Now the head chef at The Dogfather, a concept opened last November by Jenn Alva and Jamie Hoppe of The Bang Bang Bar, Martinez is dishing out the same dogs that made him a household name for bar-goers at the late Pedicab Bar on Cevallos back in 2011.
For those unfamiliar, the chef has been cooking for the better half of his life, including a stint as an on-the-road tour caterer for the likes of Warped Tour, where he cooked out of 18-wheeler mobile kitchens for more than 600 people at a time. Back in San Antonio, Martinez was the banquet chef for Sunset Station, pushing the boundary with nitrogen margaritas and other treats.
With Rocker Dogz, Martinez became known for now-classics such as The Thai Rocker Dog with sweet chili glaze, Thai red cabbage slaw and topped with cilantro-mint lime sesame vinaigrette, and the Bella Blue, made with a red wine reduction and bleu cheese sauce.
There have been plenty of false starts. Locations that went un-leased, partners who used Martinez’s recipes after the chef had parted ways with the business. Still, Rocker Dogz’s fandom returned every time the chef popped up at a different location for good reason. The dogz were creative, fresh, detail-driven, and not just bar food.
It was the end of an era when Martinez finally sold his stickered cart last year. But after spending time at Pugel’s as head chef, Martinez hooked up with Hoppe and Alva, and the rest is history.
The casual San Pedro spot features a mix of old — the Thai and Bella are back, obviously — and new, with dogs like the Italian-inspired Hitman where Martinez can stretch his legs with beef Bolognese, crushed red pepper, melted mozzarella, Parmesan and fresh herbs or the Mushroom Kingdom with white wine and herb sautéed ’shrooms, caramelized onions and Swizz cheese.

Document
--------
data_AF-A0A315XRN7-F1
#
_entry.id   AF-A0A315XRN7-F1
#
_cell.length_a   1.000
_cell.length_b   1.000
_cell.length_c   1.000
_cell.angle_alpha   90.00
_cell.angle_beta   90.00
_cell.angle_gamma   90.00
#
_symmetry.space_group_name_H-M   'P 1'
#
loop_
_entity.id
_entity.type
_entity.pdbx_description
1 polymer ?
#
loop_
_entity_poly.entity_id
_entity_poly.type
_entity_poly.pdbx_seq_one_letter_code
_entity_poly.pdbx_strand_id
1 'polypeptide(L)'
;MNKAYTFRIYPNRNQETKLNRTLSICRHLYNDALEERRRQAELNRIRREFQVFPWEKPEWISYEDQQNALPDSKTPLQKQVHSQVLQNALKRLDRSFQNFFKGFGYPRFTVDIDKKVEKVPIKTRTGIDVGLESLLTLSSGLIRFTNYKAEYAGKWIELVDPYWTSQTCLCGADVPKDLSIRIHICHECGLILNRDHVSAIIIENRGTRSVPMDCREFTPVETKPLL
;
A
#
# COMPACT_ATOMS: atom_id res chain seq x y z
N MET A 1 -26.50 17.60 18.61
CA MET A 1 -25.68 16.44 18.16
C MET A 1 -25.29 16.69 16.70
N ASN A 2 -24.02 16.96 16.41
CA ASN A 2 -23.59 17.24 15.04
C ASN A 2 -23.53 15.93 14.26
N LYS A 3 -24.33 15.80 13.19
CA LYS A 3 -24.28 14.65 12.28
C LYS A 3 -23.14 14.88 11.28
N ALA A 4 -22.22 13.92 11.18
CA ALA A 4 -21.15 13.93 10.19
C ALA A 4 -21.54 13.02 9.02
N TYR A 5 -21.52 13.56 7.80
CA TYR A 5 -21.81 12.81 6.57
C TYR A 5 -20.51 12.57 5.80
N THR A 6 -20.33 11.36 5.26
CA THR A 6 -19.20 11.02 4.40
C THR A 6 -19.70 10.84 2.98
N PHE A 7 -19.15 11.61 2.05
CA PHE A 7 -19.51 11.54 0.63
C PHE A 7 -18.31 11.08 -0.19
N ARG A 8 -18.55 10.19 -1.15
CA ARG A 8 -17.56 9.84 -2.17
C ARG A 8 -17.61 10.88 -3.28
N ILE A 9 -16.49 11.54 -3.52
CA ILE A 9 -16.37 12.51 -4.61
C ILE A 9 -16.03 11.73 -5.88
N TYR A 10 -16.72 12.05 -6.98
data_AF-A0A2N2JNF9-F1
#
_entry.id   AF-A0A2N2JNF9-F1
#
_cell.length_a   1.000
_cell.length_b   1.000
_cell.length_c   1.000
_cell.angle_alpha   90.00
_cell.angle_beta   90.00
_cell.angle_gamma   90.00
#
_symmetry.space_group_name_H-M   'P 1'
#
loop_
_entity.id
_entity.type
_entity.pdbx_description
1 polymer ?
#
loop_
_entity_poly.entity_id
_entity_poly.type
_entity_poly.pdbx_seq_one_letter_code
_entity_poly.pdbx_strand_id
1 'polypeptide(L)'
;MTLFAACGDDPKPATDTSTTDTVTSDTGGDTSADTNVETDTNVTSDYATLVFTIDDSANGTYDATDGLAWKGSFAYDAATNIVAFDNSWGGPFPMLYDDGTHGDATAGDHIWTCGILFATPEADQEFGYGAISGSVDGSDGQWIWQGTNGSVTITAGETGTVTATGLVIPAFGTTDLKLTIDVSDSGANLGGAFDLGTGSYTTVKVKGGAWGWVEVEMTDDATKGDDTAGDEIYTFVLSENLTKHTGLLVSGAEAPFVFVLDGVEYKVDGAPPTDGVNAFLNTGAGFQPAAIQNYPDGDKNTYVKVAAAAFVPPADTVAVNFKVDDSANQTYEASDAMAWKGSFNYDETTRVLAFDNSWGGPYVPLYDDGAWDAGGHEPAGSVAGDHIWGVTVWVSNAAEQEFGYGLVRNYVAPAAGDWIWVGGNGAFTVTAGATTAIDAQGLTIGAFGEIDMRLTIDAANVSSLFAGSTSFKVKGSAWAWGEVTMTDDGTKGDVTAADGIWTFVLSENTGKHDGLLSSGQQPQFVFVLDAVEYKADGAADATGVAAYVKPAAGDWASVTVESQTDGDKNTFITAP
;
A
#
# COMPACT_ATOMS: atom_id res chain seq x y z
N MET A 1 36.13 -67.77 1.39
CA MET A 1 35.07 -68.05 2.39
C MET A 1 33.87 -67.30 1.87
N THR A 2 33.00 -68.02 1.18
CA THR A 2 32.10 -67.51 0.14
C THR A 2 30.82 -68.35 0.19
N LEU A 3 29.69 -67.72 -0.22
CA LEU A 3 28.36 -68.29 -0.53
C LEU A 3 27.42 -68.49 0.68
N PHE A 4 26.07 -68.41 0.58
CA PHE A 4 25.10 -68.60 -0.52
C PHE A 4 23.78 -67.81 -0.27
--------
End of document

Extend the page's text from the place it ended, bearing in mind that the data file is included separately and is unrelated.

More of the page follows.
Though a burger of the week is offered, the dogs that keep this writer coming back are the board specials. The rotating cast of doggies, with everything from the Takis-topped Ratchet to the Frito Pie Dog and The Guac Dog is when Martinez and co. really have fun. The former contained texture from said hot Takis and crunchy Fritos, respectively, which in turn make these dogs some of the most San Antonian bites in the city. The latter was a creamy mix of refried beans and guacamole, piped using a starburst tip that added thoughtfulness to the already-tasty dogs.
Aside from one dry bun during a recent visit, The Dogfather has nailed casual dining from its food to its service, which deserves its own nod. The staff of five rotating, front-of-house members has made each experience pleasant with their friendly hellos, their warmth and hospitableness. Floored by the professionalism coming out of a hot dog joint, I called general manager Spencer Pearson to chat about his staffing guidelines. Pearson, whose background is in retail management, tries to lead by example.
“If you’re clear about setting that bar up front, you can model the example as a leader running it,” Pearson said. “The rest of the staff follows suit. Our focus is building relationships with people that come in, get to know them, make them comfortable, make it a place where people can hang out. It’s not just about pushing buttons on an iPad and walking food out.”
Between an excellent staff and Martinez’s tricked-out tots and dogs, I’m betting this San Pedro outpost will stick around for years to come.
The Dogfather: 6211 San Pedro Ave., (210) 481-4272
The Skinny: Busy San Pedro gained a new staple with The Dogfather where the hot dogs are the main event.
Best Bet: Dog of the day, Thai Kickboxer, The Rebel
Hours: 11am-midnight Sun-Thu, 11am-4am Fri-Sat
Cost: $8-$10 for a dog, $7-$8 for sides